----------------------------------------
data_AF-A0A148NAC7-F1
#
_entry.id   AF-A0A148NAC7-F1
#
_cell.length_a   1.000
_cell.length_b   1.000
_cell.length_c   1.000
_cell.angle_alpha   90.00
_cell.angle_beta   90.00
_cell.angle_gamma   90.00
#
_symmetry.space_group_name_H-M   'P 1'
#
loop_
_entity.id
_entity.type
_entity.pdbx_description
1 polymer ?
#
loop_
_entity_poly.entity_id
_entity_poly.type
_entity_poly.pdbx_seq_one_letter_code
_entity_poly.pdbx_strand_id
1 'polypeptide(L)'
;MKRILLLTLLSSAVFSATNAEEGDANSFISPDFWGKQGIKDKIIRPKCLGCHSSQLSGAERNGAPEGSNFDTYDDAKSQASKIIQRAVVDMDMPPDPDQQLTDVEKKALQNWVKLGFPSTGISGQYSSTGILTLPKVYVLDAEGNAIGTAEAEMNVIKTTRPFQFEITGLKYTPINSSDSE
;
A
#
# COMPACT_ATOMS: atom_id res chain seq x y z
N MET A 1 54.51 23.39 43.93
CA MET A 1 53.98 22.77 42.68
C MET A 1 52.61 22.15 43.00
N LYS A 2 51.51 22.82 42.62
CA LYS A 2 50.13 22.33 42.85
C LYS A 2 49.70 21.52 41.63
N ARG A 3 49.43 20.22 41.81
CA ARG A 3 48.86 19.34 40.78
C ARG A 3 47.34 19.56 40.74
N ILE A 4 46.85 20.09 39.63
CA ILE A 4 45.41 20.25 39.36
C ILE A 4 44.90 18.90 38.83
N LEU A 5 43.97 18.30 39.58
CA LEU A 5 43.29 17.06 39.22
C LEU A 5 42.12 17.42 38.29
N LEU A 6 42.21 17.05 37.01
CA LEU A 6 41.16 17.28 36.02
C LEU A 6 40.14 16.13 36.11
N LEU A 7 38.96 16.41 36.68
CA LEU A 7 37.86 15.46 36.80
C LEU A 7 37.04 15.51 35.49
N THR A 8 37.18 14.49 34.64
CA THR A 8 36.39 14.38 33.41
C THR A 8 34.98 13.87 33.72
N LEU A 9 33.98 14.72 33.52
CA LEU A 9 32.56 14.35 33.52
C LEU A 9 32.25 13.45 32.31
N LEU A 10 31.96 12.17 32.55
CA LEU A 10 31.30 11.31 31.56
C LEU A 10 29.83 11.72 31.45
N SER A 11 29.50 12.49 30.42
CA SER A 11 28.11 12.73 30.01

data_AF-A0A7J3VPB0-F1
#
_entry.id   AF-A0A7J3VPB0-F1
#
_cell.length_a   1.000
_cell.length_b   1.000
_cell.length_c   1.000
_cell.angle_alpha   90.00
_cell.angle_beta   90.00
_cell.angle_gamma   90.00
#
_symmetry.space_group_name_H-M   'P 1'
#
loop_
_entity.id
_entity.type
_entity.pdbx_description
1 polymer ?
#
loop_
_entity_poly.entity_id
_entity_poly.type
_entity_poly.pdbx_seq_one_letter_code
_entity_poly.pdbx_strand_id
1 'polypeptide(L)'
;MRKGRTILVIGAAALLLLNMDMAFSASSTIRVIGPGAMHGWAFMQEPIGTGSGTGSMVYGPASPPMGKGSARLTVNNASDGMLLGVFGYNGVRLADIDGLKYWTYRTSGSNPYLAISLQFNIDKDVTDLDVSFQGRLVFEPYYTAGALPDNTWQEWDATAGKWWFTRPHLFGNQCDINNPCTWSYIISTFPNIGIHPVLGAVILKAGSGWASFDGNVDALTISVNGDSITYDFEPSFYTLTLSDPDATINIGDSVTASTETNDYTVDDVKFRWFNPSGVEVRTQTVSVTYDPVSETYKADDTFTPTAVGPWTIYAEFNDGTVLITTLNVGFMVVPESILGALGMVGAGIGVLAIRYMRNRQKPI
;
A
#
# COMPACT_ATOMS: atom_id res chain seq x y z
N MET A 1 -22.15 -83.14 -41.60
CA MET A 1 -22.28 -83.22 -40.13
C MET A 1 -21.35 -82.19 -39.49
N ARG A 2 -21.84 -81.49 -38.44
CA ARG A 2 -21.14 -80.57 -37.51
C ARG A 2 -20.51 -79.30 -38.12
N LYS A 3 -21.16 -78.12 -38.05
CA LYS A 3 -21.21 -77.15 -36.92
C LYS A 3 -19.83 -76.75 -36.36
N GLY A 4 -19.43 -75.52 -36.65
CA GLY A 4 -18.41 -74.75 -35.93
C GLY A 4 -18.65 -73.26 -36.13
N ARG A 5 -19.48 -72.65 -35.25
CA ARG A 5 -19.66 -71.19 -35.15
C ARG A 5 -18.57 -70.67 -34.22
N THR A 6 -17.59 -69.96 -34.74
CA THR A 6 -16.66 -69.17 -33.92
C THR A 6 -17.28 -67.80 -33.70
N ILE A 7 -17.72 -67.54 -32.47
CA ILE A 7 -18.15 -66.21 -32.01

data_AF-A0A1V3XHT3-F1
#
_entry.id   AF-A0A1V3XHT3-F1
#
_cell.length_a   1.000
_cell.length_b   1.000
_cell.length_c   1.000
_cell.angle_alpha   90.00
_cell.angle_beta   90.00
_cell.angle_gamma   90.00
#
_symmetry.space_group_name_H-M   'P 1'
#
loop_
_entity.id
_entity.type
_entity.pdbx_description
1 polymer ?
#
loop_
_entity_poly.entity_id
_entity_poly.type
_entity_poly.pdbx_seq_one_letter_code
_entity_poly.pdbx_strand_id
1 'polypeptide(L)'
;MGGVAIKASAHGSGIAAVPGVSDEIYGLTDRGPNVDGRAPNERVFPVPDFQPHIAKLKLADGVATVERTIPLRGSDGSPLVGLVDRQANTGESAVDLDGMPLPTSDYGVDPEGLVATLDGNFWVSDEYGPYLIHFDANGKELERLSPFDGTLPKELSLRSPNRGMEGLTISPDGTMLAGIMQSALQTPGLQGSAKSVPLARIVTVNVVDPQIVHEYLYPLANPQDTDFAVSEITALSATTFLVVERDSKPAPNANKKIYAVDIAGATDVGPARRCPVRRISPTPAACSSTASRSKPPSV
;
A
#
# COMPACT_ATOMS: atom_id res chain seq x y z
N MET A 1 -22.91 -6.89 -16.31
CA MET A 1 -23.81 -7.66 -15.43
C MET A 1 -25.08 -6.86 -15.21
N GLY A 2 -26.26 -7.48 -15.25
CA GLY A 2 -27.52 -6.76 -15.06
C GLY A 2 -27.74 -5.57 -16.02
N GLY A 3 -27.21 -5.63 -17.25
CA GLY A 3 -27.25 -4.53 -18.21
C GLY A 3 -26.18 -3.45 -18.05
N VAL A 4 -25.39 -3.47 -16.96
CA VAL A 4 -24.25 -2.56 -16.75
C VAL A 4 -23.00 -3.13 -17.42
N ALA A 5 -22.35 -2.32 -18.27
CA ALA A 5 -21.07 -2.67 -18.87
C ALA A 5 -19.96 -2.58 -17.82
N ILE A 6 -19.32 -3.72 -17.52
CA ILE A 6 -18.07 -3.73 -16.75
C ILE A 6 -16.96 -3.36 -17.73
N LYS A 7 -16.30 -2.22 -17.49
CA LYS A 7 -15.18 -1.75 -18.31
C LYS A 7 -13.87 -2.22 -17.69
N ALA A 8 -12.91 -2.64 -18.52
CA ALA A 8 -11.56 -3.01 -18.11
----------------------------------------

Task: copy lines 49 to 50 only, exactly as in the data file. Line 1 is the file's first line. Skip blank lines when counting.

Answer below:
N LEU A 7 38.96 16.41 36.68
CA LEU A 7 37.86 15.46 36.80